Scrum Roles in Construction - dummies

Scrum Roles in Construction

By Mark C. Layton

The uses for scrum within the vast world of tangible goods are enormous. The speed-to-market increase and cost savings can be achieved here as in software and other areas. Construction and scrum are an excellent example.

In traditional project management, the project manager role carries huge responsibilities. They’re broad and all inclusive, and all too often, too much for one person to effectively bear alone. The project manager wears so many hats — coordinating between everyone involved — that efficiency and ­quality can bear the consequences.

Scrum provides different, clearly designated roles, to shoulder the burden. Balance is restored as scrum team members take on different responsibilities:

  • The project manager role disappears.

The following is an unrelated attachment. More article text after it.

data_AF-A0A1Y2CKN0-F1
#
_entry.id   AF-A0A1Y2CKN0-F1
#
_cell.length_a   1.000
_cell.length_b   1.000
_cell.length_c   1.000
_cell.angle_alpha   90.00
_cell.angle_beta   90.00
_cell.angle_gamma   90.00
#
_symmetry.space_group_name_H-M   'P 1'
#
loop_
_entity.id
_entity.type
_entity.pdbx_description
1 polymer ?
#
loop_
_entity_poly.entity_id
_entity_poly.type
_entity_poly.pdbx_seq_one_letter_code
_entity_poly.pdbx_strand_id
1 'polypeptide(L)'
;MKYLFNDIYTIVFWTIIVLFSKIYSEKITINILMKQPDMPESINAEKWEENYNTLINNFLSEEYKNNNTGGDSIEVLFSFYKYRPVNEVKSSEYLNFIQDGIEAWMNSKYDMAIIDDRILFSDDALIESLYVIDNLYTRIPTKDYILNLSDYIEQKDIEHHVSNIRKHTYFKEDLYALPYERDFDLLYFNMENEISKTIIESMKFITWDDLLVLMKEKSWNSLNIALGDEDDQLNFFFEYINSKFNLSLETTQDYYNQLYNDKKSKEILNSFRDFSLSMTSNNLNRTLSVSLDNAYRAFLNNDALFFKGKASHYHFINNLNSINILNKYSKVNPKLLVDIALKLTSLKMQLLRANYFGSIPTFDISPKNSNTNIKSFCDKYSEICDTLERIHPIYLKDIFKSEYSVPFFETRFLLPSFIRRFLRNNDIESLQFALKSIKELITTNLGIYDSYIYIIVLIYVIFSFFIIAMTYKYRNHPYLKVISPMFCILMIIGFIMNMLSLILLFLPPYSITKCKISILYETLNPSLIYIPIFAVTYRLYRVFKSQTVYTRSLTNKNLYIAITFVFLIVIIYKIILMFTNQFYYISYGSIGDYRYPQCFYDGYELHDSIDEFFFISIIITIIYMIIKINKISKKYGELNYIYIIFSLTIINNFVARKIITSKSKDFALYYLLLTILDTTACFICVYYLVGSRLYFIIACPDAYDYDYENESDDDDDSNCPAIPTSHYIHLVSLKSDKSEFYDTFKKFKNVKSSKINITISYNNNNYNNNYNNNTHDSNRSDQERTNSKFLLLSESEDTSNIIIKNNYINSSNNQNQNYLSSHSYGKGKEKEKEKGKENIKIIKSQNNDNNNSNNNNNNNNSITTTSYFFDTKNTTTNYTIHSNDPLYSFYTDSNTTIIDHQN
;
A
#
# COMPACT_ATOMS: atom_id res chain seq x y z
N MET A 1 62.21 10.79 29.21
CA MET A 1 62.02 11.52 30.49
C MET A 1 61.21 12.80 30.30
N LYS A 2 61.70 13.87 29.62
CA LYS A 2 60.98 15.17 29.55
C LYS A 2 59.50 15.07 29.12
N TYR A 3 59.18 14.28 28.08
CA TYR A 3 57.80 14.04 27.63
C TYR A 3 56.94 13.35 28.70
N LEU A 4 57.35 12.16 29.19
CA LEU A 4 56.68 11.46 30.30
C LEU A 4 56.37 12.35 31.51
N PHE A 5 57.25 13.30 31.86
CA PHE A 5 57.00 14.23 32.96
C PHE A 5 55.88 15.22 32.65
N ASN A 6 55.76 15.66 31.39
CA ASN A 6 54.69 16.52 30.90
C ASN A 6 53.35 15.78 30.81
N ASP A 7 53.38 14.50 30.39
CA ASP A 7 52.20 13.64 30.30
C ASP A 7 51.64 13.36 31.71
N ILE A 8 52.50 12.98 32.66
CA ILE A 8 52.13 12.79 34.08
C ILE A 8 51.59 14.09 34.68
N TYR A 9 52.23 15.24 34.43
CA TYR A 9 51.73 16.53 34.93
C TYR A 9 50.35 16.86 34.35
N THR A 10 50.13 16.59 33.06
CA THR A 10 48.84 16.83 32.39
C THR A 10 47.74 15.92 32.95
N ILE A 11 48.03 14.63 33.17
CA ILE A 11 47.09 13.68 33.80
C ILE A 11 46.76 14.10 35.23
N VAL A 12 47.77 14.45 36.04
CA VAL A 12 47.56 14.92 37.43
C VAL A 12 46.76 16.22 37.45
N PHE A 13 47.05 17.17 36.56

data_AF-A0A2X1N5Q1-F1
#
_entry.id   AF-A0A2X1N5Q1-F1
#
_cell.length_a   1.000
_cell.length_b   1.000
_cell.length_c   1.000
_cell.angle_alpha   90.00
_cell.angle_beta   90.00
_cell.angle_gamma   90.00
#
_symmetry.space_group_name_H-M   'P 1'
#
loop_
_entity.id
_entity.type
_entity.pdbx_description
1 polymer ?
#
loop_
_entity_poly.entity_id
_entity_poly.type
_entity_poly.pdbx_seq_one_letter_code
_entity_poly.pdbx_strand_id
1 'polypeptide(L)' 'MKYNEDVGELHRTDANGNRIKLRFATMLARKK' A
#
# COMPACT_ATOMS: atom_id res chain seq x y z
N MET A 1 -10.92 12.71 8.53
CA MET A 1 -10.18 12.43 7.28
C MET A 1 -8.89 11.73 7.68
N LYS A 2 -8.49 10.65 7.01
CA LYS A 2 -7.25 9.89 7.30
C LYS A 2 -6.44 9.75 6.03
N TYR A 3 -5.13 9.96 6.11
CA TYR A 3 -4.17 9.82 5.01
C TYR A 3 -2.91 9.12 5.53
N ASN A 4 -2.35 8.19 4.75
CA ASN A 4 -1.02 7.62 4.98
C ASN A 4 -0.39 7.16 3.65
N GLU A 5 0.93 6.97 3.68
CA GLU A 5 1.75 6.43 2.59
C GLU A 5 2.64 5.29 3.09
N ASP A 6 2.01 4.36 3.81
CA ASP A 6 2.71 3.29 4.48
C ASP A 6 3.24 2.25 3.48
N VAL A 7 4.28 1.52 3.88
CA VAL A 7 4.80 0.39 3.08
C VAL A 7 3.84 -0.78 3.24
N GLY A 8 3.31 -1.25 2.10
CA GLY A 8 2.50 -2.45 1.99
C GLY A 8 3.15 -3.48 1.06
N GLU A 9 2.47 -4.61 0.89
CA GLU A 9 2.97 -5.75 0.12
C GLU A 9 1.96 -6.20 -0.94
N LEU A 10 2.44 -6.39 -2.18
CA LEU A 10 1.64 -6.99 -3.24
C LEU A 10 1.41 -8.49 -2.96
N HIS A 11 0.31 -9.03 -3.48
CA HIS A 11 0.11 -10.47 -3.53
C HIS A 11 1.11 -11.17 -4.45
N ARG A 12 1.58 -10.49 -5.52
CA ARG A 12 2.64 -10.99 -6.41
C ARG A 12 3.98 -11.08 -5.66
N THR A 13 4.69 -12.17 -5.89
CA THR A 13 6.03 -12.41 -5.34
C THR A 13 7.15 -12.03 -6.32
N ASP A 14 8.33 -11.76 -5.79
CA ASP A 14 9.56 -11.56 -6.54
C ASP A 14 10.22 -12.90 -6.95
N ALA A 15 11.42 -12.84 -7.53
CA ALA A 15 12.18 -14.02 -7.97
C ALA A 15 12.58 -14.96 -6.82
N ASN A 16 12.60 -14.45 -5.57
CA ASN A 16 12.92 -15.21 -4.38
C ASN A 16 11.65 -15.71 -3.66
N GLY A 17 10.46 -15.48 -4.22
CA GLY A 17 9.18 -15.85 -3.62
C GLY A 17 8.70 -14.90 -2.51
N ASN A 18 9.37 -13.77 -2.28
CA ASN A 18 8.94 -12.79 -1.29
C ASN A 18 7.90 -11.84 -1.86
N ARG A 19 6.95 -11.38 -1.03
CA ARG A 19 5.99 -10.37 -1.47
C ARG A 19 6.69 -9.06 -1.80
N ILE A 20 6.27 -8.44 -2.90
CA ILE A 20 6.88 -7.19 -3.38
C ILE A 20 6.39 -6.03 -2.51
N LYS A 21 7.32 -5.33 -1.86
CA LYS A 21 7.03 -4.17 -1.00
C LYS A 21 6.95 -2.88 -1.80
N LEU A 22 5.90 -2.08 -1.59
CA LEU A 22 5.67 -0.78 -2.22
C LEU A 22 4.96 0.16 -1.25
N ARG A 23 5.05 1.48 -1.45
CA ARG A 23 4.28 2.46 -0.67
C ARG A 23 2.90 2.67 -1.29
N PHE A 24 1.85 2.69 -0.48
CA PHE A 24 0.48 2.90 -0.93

• The product owner represents the funding customer and the stakeholders. This could be the person who was traditionally the project manager, or could be the project architect or engineer, depending on how those roles are implemented in each organization. The role is the same: the “what” and the “when” of the product being built.

  • The scrum master role facilitates communication and interactions, removes impediments for the development team, makes sure that each person involved understands the process, and makes sure that the team environment is set up for them to succeed at their jobs. This sounds a lot like a foreman or superintendent, doesn’t it?

  • The development team consists of the subcontractors, engineers, architects, and individual tradesmen.

You can see that the scrum roles that make this framework so effective easily morph into new project types.